position of sounds, correct mismatched levels, or address phasing issues.
Channel tabs Select the output channel.
Input channel sliders Determine the percentage of the current channels to mix into the output channel. For a stereo file, for example, an L value
of 50 and an R value of 50 results in an output channel that contains equal audio from the current left and right channels.
Invert Inverts a channel’s phase. (To understand this key audio concept, see How sound waves interact.) Inverting all channels causes no
perceived difference in sound. Inverting only one channel, however, can greatly change the sound.
To the top
DeEsser effect
The Amplitude and Compression > DeEsser effect removes sibilance, “ess” sounds heard in speech and singing that can distort high frequencies.
The graph reveals the processed frequencies. Click the Preview button
to see how much audio content exists in the processed range.
Mode Choose Broadband to uniformly compress all frequencies or Multiband to only compress the sibilance range. Multiband is best for most
audio content but slightly increases processing time.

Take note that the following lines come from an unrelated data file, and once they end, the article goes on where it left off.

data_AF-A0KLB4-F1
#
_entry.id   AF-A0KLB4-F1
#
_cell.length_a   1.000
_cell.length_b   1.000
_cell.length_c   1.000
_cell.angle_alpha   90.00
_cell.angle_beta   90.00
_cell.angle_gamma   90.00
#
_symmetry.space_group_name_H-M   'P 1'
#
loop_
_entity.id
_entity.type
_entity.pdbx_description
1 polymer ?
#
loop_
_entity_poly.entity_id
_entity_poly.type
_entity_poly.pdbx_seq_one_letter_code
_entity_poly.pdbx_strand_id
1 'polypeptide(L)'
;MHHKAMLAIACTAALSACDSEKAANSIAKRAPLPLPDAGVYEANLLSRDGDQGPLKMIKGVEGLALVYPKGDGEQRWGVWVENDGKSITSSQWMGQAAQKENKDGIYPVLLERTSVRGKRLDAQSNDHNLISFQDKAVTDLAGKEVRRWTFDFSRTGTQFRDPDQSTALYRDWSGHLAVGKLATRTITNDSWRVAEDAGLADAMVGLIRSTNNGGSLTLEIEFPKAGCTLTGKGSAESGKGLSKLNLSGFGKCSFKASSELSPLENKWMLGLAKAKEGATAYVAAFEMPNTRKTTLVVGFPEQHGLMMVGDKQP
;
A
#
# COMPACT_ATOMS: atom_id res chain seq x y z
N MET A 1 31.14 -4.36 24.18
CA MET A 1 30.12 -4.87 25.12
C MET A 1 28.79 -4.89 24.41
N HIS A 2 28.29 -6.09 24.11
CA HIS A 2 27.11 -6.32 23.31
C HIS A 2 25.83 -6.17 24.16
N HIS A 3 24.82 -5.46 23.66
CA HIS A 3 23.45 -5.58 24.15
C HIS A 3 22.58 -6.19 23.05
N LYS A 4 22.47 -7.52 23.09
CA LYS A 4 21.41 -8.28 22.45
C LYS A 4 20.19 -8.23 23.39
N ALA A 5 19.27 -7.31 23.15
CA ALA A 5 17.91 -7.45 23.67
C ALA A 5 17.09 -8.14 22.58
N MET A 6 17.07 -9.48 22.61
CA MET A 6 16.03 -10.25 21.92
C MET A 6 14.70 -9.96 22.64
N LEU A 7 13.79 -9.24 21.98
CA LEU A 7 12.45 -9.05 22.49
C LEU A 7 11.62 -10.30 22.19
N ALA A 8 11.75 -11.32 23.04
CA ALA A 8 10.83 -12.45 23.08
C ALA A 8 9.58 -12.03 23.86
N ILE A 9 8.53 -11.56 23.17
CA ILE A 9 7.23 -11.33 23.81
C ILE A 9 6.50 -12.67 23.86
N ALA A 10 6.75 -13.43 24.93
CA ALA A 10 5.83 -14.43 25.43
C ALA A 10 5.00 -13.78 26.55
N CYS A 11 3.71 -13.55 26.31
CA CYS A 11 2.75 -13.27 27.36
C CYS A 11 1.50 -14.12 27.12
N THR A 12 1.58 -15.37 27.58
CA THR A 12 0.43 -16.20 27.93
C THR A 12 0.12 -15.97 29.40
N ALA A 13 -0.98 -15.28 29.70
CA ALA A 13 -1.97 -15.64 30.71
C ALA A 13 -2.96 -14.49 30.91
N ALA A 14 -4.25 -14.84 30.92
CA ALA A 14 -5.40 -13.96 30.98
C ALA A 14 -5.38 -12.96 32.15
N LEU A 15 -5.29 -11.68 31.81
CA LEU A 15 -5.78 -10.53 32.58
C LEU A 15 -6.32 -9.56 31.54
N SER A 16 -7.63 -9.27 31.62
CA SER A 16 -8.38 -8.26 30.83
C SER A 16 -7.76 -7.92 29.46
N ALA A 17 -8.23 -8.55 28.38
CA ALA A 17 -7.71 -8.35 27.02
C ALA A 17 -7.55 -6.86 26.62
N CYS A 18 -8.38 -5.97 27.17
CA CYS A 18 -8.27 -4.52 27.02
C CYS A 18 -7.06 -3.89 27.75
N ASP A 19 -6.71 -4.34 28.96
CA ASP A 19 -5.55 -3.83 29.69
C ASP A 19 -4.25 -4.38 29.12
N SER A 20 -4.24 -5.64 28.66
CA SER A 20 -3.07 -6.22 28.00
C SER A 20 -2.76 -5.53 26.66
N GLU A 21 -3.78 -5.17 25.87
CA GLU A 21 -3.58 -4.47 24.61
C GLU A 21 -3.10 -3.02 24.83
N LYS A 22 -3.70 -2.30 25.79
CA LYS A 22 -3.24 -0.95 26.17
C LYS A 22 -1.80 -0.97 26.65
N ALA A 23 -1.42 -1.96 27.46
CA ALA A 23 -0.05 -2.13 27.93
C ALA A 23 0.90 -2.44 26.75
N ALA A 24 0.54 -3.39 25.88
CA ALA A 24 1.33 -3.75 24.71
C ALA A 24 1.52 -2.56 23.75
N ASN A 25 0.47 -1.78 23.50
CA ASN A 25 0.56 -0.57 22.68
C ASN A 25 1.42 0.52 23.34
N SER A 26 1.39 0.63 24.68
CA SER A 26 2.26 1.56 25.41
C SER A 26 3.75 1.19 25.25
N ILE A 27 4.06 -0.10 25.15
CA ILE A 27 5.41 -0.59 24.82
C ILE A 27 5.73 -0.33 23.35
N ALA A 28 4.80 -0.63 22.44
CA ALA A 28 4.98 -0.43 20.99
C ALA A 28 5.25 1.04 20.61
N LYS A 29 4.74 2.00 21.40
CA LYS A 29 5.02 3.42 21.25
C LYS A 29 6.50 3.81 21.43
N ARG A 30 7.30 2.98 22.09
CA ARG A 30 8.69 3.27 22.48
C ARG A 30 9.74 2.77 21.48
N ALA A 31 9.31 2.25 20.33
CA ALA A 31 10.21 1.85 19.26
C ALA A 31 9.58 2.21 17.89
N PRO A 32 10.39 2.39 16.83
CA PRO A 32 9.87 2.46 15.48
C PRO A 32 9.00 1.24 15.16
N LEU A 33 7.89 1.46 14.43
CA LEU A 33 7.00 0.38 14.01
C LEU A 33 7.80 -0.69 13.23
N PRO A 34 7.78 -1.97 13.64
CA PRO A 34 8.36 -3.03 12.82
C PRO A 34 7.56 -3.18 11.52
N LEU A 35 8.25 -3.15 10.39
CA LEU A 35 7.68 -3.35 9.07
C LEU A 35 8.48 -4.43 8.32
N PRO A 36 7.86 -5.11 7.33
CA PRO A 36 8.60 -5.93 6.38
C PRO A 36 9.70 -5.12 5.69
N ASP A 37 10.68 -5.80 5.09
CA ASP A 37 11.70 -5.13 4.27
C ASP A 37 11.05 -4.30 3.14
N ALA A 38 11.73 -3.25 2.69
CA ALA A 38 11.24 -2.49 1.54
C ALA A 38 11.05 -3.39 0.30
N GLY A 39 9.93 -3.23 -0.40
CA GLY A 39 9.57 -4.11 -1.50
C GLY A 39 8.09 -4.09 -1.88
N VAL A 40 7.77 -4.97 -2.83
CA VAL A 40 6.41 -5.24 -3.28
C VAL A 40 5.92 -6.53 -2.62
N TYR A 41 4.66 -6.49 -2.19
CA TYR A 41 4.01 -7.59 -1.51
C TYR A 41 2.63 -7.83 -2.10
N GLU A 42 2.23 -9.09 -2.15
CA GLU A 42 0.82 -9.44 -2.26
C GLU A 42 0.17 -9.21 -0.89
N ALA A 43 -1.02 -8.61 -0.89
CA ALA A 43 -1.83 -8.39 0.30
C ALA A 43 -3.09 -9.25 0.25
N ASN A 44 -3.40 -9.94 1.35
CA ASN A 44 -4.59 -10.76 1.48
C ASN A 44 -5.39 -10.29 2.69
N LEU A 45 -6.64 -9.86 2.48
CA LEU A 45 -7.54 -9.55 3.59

Threshold Sets the amplitude above which compression occurs.
Center Frequency Specifies the frequency at which sibilance is most intense. To verify, adjust this setting while playing audio.
Bandwidth Determines the frequency range that triggers the compressor.
Tip: To visually adjust Center Frequency and Bandwidth, drag the edges of the selection in the graph.
Output Sibilance Only Lets you hear detected sibilance. Start playback, and fine-tune settings above.
87
Gain Reduction Shows the compression level of the processed frequencies.
To the top
Dynamics Processing effect
The Amplitude And Compression > Dynamics Processing effect can be used as a compressor, limiter, or expander. As a compressor and limiter,
this effect reduces dynamic range, producing consistent volume levels. As an expander, it increases dynamic range by reducing the level of